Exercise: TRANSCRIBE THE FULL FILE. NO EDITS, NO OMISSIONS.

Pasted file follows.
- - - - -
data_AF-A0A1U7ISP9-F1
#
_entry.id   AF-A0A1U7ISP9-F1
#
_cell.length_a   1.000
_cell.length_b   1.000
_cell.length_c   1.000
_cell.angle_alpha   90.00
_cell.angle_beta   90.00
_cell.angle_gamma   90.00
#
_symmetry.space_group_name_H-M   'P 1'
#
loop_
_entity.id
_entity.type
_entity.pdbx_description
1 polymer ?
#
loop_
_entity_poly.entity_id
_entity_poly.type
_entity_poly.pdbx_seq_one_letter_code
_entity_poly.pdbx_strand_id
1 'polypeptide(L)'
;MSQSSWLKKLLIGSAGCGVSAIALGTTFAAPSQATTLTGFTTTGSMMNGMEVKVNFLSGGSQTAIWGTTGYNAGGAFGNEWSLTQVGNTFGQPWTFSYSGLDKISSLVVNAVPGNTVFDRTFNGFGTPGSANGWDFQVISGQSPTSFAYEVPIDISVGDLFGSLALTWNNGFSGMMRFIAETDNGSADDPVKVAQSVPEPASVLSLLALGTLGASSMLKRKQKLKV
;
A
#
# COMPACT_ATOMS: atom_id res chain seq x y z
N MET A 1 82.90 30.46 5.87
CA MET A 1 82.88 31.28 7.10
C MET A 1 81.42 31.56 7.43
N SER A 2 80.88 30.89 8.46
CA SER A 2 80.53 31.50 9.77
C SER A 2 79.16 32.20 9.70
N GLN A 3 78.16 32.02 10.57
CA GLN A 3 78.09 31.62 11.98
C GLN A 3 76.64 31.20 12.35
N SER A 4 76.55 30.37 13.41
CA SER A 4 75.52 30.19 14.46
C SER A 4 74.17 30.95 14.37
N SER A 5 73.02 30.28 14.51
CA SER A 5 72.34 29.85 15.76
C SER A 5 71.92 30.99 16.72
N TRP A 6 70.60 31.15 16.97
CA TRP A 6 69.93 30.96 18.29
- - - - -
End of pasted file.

data_AF-A0A1U7ISP9-F1
#
_entry.id   AF-A0A1U7ISP9-F1
#
_cell.length_a   1.000
_cell.length_b   1.000
_cell.length_c   1.000
_cell.angle_alpha   90.00
_cell.angle_beta   90.00
_cell.angle_gamma   90.00
#
_symmetry.space_group_name_H-M   'P 1'
#
loop_
_entity.id
_entity.type
_entity.pdbx_description
1 polymer ?
#
loop_
_entity_poly.entity_id
_entity_poly.type
_entity_poly.pdbx_seq_one_letter_code
_entity_poly.pdbx_strand_id
1 'polypeptide(L)'
;MSQSSWLKKLLIGSAGCGVSAIALGTTFAAPSQATTLTGFTTTGSMMNGMEVKVNFLSGGSQTAIWGTTGYNAGGAFGNEWSLTQVGNTFGQPWTFSYSGLDKISSLVVNAVPGNTVFDRTFNGFGTPGSANGWDFQVISGQSPTSFAYEVPIDISVGDLFGSLALTWNNGFSGMMRFIAETDNGSADDPVKVAQSVPEPASVLSLLALGTLGASSMLKRKQKLKV
;
A
#
# COMPACT_ATOMS: atom_id res chain seq x y z
N MET A 1 82.90 30.46 5.87
CA MET A 1 82.88 31.28 7.10
C MET A 1 81.42 31.56 7.43
N SER A 2 80.88 30.89 8.46
CA SER A 2 80.53 31.50 9.77
C SER A 2 79.16 32.20 9.70
N GLN A 3 78.16 32.02 10.57
CA GLN A 3 78.09 31.62 11.98
C GLN A 3 76.64 31.20 12.35
N SER A 4 76.55 30.37 13.41
CA SER A 4 75.52 30.19 14.46
C SER A 4 74.17 30.95 14.37
N SER A 5 73.02 30.28 14.51
CA SER A 5 72.34 29.85 15.76
C SER A 5 71.92 30.99 16.72
N TRP A 6 70.60 31.15 16.97
CA TRP A 6 69.93 30.96 18.29